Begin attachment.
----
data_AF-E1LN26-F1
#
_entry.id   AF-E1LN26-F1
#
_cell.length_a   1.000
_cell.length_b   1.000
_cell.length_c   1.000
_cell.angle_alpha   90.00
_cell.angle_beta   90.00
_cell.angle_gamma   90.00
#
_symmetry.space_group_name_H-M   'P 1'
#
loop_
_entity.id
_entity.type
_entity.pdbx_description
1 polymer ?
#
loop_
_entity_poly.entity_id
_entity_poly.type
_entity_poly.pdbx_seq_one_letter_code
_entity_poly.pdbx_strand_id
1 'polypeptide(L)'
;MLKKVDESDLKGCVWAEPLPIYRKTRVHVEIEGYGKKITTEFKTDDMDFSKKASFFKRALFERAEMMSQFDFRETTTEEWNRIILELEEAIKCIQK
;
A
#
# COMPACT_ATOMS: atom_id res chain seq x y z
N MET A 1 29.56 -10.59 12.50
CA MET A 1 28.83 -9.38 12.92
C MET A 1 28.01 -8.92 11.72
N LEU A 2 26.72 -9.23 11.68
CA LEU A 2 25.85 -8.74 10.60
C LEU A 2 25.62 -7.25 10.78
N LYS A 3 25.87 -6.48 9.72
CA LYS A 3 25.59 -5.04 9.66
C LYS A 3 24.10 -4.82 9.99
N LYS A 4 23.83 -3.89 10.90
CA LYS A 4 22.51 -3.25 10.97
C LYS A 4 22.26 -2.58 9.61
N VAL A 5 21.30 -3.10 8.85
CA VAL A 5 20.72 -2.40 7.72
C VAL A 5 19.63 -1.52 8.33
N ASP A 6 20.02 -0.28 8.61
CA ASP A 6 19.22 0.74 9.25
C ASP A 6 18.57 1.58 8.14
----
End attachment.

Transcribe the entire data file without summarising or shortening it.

data_AF-E1LN26-F1
#
_entry.id   AF-E1LN26-F1
#
_cell.length_a   1.000
_cell.length_b   1.000
_cell.length_c   1.000
_cell.angle_alpha   90.00
_cell.angle_beta   90.00
_cell.angle_gamma   90.00
#
_symmetry.space_group_name_H-M   'P 1'
#
loop_
_entity.id
_entity.type
_entity.pdbx_description
1 polymer ?
#
loop_
_entity_poly.entity_id
_entity_poly.type
_entity_poly.pdbx_seq_one_letter_code
_entity_poly.pdbx_strand_id
1 'polypeptide(L)'
;MLKKVDESDLKGCVWAEPLPIYRKTRVHVEIEGYGKKITTEFKTDDMDFSKKASFFKRALFERAEMMSQFDFRETTTEEWNRIILELEEAIKCIQK
;
A
#
# COMPACT_ATOMS: atom_id res chain seq x y z
N MET A 1 29.56 -10.59 12.50
CA MET A 1 28.83 -9.38 12.92
C MET A 1 28.01 -8.92 11.72
N LEU A 2 26.72 -9.23 11.68
CA LEU A 2 25.85 -8.74 10.60
C LEU A 2 25.62 -7.25 10.78
N LYS A 3 25.87 -6.48 9.72
CA LYS A 3 25.59 -5.04 9.66
C LYS A 3 24.10 -4.82 9.99
N LYS A 4 23.83 -3.89 10.90
CA LYS A 4 22.51 -3.25 10.97
C LYS A 4 22.26 -2.58 9.61
N VAL A 5 21.30 -3.10 8.85
CA VAL A 5 20.72 -2.40 7.72
C VAL A 5 19.63 -1.52 8.33
N ASP A 6 20.02 -0.28 8.61
CA ASP A 6 19.22 0.74 9.25
C ASP A 6 18.57 1.58 8.14